French Senator wants to reduce red tape for expats

by Ray Clancy on July 23, 2015

There have been concerns voiced for some time about the number of people leaving France to become expats and not returning home and now a plan has been put forward to encourage more of them to do so.

French Senator Hélène Conway-Mouret has compiled a list of 49 proposals to make life easier for French expats returning home. If adopted, they would also make life easier for expats from other countries arriving in France.

There is significant interest in the French property market, poll shows

Changes are coming that will make it easier for French expats to return home

Many address the ‘annoying’ red tape that all expats encounter such as only having foreign payslips, often in another currency, bank accounts, child benefit, and setting up accounts with electric and other utilities firms.

Conway-Mouret said that she is concerned that the research she commissioned shows that half of French people working overseas, estimated at 1.6 million, for more than six years don’t want to return due to the red tape they would encounter.

She believes there is an anti-expat culture and the research quoted one expat who said they were ‘treated like thieves when they returned to France. ‘There are often suspicions that these people are fleeing the country, when actually they just want to discover the world, work, study, or move for love. We want to break these obsolete clichés and show that France is a modern country that’s totally a part of globalisation,’ she said.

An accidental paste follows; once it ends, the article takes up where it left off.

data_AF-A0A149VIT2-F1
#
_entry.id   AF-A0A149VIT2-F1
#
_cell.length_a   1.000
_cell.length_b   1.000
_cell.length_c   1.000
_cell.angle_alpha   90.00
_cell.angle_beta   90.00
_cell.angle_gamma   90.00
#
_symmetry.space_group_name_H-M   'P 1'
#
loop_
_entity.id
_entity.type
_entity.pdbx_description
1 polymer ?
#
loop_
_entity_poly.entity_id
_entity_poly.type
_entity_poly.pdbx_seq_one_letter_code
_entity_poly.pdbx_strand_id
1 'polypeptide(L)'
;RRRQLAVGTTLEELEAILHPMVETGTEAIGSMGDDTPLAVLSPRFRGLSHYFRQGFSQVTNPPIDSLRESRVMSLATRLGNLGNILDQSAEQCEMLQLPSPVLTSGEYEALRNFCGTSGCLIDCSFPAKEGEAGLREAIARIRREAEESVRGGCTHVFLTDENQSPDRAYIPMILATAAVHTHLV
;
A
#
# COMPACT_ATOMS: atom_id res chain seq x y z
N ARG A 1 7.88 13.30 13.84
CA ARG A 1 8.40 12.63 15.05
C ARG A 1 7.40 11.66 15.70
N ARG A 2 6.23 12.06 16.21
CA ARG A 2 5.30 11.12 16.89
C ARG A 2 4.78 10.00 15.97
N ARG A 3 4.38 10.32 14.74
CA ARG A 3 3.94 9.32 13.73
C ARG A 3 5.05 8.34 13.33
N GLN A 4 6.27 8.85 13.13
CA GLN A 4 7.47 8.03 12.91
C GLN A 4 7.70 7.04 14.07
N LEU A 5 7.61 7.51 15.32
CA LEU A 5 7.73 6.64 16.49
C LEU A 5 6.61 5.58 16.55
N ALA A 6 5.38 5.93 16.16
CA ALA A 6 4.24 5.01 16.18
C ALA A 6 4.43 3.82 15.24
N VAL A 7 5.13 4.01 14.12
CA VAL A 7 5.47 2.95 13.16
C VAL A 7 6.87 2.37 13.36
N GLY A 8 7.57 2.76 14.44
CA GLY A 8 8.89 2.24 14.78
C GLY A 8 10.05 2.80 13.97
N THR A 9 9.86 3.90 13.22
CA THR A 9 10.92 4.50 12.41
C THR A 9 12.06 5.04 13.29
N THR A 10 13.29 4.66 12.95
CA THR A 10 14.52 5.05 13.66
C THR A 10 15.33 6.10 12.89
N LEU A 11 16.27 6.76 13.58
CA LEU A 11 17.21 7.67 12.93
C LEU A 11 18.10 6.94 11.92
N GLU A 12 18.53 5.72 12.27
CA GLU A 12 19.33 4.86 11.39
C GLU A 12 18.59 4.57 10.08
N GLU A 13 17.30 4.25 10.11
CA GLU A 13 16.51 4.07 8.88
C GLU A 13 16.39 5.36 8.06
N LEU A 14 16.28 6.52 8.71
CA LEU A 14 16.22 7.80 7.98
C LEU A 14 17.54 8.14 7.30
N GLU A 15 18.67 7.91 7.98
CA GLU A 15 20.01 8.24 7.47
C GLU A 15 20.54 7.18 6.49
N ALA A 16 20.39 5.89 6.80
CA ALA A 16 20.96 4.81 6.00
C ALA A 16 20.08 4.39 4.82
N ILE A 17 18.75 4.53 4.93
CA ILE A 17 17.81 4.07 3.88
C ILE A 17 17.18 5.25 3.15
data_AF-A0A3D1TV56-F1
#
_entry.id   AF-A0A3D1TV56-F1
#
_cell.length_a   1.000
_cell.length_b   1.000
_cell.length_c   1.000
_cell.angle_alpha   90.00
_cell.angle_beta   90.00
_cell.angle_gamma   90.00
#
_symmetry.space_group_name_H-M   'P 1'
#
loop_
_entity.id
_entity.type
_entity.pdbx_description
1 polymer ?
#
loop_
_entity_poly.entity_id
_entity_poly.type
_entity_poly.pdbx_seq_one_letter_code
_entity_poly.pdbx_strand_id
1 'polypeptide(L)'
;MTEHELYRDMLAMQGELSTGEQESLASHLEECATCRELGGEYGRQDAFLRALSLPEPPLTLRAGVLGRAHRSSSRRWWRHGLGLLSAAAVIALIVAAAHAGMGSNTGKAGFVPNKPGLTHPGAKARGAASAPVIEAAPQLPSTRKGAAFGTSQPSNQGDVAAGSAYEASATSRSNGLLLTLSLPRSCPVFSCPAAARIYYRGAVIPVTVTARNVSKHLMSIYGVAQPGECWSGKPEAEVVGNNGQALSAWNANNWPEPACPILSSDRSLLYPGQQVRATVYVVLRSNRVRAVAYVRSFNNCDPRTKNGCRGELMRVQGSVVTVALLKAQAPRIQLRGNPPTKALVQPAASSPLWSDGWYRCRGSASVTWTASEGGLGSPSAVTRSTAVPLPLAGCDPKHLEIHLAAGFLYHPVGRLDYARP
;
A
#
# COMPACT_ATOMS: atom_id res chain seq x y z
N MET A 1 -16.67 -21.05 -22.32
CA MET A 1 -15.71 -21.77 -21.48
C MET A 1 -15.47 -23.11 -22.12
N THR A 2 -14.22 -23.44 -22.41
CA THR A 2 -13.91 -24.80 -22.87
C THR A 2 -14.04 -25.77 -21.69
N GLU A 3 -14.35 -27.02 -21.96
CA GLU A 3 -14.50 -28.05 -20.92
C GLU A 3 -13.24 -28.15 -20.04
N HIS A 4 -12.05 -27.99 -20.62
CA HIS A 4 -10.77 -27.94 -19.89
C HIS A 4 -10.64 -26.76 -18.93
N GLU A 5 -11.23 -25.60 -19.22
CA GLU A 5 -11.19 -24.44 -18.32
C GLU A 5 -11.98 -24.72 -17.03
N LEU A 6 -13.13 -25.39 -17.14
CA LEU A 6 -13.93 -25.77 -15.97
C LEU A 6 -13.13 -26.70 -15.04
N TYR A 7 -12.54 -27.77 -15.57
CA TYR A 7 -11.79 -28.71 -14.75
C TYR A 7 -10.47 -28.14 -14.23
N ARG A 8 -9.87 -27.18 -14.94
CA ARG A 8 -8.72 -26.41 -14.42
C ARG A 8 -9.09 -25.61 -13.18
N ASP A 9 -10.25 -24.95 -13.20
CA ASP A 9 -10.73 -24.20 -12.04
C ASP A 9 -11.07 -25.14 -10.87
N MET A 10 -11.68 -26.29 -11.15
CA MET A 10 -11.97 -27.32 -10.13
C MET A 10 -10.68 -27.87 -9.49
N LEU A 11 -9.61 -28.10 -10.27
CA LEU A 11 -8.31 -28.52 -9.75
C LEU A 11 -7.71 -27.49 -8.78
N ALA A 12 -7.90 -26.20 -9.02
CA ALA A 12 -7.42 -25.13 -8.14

Among the top issues that need to be addressed is the acceptance of foreign finance proof for renting a home or getting a mortgage. Currently French payslips are often the only document accepted.

The report calls for a drastic reduction in the number of documents that need to be translated by an official translator into French such as birth certificates. Translation by an official can be expensive.

It also says that schools should be more relaxed in terms of registration of children who are still living abroad before they actually move and that the education system should recognise children’s foreign language abilities. Too often they are not given help if their French is behind their peers or are left being bored in a class where they are proficient in another language.

Big companies should be compelled to provide a phone number for enquiries that can be accessed from abroad. Not all utility companies do so, which can make it difficult when planning a move to sort out the connection of services.

Conway-Mouret said that having spent 25 years in Ireland she understands the expat point of view. ‘There’s too much energy wasted on endless meetings and appointments, and needing to produce 10 times too many documents at every stage,’ she explained.

She regards it as unacceptable that 57% of French expats were concerned about getting back into France’s health system if they were to move home, 54% were worried about finding a job and 54% had concerns about finding a home.

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